"Gucci And Beyond:" A Campaign Analysis

by Mimo le Singe 2 years ago in apparel

A Look at Gucci's 2017 Sci-Fi-Inspired Campaign, and What the next Step Could Be

"Gucci And Beyond:" A Campaign Analysis

Video in question: can be found here.

Before I came across Gucci's 2017 Fall/Winter video campaign, I'd never pay a whole lot of attention to the brand if at all. I never felt as though the company's particular style suited me much.

But now, not only have they gotten my attention, I'm also curious to see what they come up with next. Cue "Gucci and Beyond," a film trailer-esque spot inspired by the Sci-Fi genre, with elements from the 50s, 60s, B-movies, Jurassic Park, Star Wars and Star Trek.

All these familiar faces, like Robby the Robot from Forbidden Planet and The Creature (from The Black Lagoon) unite in giving us quite the spectacle to Space: 1999 music. The spot is jam-packed with action, romance, and visual awe.

This particular collection is made up of uniform-style jackets, collars, florals and handbags. What's noteworthy this time around is the preference towards a "more is more" attitude, in that both the sets and clothes stand out to give off a more adventurous, fantastical vibe, as opposed to the usual minimalistic settings featured in fashion advertisements that only allow the clothes to shine.

Who is this video targeting?

Here, we can discuss in-depth personas and socio-demographics. Back in the day, Gucci's target market was comprised of celebrities, upper class groups, and fashion influencers. Recently, they've expanded the market to include middle-class men and women between the ages of 20 and 50, as well as children.

There are plenty of older and younger generations interested in the Sci-Fi genre, especially the Star Wars and Star Trek franchises. These tend to be (at the minimum) relatively well-off individuals who still very much enjoy going to the cinema with their friends, families, and/or significant others, so it is no surprise that the campaign would reach much of Gucci's target demographic(s).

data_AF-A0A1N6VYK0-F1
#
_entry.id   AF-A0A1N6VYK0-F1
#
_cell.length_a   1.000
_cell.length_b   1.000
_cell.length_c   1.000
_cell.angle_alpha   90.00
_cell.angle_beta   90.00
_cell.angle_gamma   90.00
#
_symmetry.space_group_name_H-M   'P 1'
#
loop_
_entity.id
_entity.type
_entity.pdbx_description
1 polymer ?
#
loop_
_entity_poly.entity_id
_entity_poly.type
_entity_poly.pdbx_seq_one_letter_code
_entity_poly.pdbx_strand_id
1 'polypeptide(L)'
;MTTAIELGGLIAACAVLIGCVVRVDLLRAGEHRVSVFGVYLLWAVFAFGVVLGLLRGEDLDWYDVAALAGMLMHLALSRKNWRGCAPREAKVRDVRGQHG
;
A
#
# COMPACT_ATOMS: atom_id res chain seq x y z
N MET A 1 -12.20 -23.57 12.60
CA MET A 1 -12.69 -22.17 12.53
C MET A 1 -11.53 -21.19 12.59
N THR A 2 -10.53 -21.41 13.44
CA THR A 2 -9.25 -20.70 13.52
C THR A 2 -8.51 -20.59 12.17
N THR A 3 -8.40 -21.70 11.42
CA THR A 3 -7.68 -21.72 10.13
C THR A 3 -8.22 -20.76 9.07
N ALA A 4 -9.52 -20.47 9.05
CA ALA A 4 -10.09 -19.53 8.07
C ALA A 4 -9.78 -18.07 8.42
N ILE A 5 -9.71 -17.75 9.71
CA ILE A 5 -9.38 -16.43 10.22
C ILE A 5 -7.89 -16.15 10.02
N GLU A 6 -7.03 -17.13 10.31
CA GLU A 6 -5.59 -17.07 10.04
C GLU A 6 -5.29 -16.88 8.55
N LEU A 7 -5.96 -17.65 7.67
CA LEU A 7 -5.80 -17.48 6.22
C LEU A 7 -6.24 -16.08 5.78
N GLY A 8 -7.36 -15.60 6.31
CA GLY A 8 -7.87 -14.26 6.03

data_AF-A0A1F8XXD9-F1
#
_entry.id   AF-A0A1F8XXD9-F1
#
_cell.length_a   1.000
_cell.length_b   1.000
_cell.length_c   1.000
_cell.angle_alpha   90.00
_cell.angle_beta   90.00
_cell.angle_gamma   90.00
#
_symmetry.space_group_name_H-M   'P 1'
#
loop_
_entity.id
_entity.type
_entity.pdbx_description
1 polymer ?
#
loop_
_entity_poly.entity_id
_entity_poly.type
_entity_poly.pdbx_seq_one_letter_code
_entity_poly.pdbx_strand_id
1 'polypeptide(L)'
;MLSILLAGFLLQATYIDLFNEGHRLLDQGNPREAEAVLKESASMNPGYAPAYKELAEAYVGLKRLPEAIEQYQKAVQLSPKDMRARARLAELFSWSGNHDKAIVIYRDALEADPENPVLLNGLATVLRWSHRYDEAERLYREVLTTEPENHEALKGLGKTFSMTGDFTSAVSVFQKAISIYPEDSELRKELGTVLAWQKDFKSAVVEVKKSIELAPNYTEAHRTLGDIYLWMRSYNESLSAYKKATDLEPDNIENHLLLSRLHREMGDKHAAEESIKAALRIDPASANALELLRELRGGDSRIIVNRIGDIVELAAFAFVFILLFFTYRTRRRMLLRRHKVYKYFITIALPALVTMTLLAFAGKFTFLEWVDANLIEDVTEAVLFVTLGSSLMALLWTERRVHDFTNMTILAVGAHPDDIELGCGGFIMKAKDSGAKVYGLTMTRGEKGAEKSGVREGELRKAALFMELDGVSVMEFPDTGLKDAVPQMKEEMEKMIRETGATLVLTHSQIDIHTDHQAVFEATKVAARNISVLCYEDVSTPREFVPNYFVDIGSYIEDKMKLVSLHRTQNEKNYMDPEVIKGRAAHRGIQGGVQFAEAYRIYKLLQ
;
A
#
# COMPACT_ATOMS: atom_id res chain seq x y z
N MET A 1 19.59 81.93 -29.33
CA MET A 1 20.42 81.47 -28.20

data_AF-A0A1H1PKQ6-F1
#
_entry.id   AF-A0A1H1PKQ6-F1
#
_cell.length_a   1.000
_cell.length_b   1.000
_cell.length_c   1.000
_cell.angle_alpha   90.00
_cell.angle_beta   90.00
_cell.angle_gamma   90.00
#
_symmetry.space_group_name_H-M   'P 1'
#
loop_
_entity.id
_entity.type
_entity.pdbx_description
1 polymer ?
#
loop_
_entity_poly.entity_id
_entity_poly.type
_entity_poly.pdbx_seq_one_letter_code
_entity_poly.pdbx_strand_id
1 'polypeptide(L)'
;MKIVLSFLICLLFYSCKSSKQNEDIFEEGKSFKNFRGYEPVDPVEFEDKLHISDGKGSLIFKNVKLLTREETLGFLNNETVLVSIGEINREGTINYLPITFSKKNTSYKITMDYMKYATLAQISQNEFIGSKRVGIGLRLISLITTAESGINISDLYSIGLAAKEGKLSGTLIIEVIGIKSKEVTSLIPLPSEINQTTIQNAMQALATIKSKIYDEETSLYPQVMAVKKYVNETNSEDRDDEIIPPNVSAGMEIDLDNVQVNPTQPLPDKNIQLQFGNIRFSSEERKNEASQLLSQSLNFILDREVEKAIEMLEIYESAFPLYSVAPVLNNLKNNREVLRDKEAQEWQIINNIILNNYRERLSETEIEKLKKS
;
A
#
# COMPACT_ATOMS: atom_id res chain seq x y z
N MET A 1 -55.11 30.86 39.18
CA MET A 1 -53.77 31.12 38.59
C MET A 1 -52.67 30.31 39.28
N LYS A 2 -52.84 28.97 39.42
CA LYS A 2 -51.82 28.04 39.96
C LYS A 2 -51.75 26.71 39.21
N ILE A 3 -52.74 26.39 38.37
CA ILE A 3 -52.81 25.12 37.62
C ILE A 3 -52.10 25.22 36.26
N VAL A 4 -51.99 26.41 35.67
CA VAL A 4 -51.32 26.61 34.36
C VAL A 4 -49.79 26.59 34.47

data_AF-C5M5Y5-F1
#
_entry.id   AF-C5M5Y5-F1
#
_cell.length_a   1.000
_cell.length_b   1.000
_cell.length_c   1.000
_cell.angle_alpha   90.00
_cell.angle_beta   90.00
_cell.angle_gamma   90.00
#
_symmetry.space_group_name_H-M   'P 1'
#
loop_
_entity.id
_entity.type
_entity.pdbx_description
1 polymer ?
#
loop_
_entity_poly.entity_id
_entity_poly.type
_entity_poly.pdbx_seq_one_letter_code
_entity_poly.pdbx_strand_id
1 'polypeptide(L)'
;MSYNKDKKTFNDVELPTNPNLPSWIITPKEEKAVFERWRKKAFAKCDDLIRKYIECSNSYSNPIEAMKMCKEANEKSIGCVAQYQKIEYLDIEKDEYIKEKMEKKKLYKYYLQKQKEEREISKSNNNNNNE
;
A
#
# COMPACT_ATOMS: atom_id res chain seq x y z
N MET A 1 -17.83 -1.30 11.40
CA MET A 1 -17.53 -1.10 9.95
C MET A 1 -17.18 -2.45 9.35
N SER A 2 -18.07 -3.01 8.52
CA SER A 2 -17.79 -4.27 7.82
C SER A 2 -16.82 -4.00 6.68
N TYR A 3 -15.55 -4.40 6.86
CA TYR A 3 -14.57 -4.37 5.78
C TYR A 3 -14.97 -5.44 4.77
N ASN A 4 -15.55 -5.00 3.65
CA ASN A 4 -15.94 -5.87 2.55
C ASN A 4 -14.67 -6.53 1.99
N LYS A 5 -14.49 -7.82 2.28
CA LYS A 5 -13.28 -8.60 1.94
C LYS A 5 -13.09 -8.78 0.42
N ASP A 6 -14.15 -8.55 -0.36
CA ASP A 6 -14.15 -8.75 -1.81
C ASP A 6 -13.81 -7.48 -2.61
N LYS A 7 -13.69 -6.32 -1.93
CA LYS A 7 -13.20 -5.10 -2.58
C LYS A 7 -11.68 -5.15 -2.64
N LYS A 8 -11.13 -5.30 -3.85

Among these groups will likely be people either in the commercial/film industry or are interested in it (particularly where costumes, makeup, and cinematography are concerned), and would possibly want inspiration for their own similar projects.

Of course, there will be enthusiasts with a simple appreciation for vintage art and fashion, and the overall retro aesthetic. Heavy users of technology – those who are fascinated by the latest trends in tech as well as the “impossible” - will surely find a creative spark in the minute-long firecracker.

Content Marketing Initiatives

Leading up to the big reveal, Gucci had made great use of their rebooted website (with a store and customer service options) and online marketing. They had press releases, several behind-the-scenes takes, quality produced visual stories, the #gucciandbeyond hashtag for their social media, and clever memes to maintain the hype and entertainment.

Since then, they've also been sharing their stories behind decision making processes behind their projects on Tumblr, as well as steps they're taking to reinvent the brand on LinkedIn that include their pact to go anti-fur.


Gucci obviously has a lot going for them, especially now with their change in direction. It helps that they already have a strong image and equity (e.g. reduced labour costs). With over 550 locations internationally (mainly the US, UK, and Japan), they maintain a strong chain value with suppliers and retailers. They control their distribution channels and networks effectively through directly operated stores.

The company boasts a vast product portfolio tailored towards adults and children, including clothes, wallets, watches, purses, and even cars, all of which are made from ultra-premium materials.

Speaking of cars, Gucci's associations with automobile companies like Ford, General Motors, and Fiat as well as their corporate social responsibility initiatives with UNICEF and Chime for Change add to their brand's value.

Their excellent advertising and digital strategy help with their growth rate. Some of their most notable feats include collaborations with famous icons such as Lady GaGa and Beyonce, and visual artists prevalent on Instagram.

Which brings us to another interesting aspect of "Gucci and Beyond:" it simultaneously contributes to the current “mainstream nerd” culture as well as modernizing once-popular culture, creating an influx of different newcomers to the brand.

The key takeaway from this campaign is that Gucci is continually diversifying. This certainly isn't easy to do in the fashion industry; what's great about Gucci is that they do not wait for any specific event to launch new products, but they nevertheless shake things up so that their stores always exude a fresh and hip appearance.